About an hour later, long after I’d left the bus, another rider happened to tread on my diamond, and it embedded itself in the sole of her purple Converse All-Stars. After making a tour of a few craft beer bars in San Diego, the woman took her shoes off at home, and the diamond lived for a time in her closet, still stuck to the bottom of her shoe.
The next weekend, the woman wore her purple Cons for a stroll on the Embarcadero, and the diamond managed to work itself loose. It fell on the sidewalk there, sparkling in the bright sunlight.
Rescue and a new owner were not yet in the cards, though. Within a few minutes, the diamond was run over by a dolly carting boxes of bananas, and became embedded in its tire. Through much bouncing over gangways, ramps, and thresholds, the diamond actually bounced free, only to end up stuck deep in the stem of a banana.
All went dark for my poor diamond. This banana’s box was loaded to a container, the kind you see all the time being hauled by semi trucks, and the container was craned onto a massive Dole container ship.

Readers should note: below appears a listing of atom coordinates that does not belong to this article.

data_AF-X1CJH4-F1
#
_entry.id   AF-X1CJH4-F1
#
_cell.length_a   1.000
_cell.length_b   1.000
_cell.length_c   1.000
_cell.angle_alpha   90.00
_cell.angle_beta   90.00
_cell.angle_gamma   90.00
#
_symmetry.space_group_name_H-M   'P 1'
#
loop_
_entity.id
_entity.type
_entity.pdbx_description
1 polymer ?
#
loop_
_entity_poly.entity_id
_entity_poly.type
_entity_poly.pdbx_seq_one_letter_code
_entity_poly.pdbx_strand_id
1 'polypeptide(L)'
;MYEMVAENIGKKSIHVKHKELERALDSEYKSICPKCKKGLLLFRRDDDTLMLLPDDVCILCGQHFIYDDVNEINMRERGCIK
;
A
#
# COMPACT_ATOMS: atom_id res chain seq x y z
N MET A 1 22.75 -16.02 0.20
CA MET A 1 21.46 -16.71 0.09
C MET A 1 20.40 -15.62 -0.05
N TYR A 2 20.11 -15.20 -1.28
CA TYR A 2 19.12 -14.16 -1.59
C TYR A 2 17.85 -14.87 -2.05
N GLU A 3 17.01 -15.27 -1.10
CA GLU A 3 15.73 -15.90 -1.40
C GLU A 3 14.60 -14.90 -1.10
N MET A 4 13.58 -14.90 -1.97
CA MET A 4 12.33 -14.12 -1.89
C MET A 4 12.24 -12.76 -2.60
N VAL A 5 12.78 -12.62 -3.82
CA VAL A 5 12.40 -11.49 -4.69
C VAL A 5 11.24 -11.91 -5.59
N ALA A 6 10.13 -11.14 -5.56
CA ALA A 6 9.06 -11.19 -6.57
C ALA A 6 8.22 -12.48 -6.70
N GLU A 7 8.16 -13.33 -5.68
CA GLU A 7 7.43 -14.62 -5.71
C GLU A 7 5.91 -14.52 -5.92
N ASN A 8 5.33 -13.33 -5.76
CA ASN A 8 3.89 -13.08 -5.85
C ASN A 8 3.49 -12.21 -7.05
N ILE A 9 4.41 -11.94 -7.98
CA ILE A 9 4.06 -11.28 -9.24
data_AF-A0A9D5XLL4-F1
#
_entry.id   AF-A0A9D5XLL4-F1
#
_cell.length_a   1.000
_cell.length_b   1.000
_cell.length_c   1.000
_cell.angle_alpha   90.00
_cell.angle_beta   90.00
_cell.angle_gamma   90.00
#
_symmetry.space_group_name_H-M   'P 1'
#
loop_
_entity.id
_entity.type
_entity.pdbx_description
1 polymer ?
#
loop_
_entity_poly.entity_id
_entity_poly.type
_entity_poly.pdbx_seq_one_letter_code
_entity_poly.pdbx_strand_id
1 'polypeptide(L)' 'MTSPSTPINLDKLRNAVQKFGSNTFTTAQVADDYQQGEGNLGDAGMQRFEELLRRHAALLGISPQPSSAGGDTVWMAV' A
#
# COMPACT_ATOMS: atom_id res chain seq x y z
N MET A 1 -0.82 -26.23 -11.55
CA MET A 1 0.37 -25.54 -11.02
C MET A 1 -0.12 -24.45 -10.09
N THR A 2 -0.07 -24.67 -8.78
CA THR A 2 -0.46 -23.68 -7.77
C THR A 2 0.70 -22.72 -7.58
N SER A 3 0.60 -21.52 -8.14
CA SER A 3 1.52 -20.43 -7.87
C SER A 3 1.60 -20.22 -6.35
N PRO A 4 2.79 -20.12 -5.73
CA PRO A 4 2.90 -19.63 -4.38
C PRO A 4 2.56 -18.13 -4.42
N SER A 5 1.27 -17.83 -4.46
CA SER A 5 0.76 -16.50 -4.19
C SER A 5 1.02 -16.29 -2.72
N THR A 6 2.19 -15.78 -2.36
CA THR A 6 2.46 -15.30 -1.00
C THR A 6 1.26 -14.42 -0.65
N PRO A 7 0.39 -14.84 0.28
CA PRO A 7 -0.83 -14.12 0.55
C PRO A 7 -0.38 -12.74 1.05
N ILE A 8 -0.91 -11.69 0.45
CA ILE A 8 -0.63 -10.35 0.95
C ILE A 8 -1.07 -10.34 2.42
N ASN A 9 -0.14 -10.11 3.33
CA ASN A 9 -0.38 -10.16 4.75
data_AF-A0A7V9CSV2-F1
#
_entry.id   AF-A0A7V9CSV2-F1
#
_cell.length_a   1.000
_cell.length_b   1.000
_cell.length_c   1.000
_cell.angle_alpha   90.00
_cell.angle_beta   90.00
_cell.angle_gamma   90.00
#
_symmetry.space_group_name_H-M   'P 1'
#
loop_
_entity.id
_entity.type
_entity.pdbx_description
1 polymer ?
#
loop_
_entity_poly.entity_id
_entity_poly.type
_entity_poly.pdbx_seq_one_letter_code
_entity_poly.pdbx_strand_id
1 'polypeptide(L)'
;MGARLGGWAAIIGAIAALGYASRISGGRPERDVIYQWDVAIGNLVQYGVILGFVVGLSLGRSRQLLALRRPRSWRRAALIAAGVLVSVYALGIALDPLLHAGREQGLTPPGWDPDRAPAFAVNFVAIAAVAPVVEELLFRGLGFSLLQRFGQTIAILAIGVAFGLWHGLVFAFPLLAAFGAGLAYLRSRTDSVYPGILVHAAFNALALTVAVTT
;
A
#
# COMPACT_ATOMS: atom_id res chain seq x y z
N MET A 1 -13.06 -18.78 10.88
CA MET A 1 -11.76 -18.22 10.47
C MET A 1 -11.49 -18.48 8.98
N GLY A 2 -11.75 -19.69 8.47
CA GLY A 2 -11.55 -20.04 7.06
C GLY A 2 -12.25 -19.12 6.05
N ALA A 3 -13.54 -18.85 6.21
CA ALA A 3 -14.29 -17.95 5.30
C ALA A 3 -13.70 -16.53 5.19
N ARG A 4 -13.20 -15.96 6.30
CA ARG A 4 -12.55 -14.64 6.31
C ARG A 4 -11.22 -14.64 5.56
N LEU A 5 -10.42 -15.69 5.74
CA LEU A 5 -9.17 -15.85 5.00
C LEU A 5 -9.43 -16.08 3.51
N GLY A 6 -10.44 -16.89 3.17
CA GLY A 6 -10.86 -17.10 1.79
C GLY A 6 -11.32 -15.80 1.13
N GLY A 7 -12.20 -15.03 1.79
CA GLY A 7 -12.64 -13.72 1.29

The ship got under way and sailed out of San Diego harbor on a Tuesday. The diamond wouldn’t know it, but the ship would sail down the east coast of Mexico, past most of Central America, through the Panama Canal, across the Caribbean Sea and the South Atlantic, down the east coast of Africa, around the Cape of Good Hope, up the pirate-infested coast of Somalia, through the Arabian Sea. It finally landed at Mumbai.
The box of bananas with my diamond in it was then transferred to a rickety, dusty truck with inadequate brakes which drove it helter-skelter to Varanasi in Uttar Pradesh, one of the oldest and most sacred Hindu sites in India. (Why they’d need bananas from the U.S. there, I don’t know. Seems like India has enough jungle to grow their own bananas…but I digress.)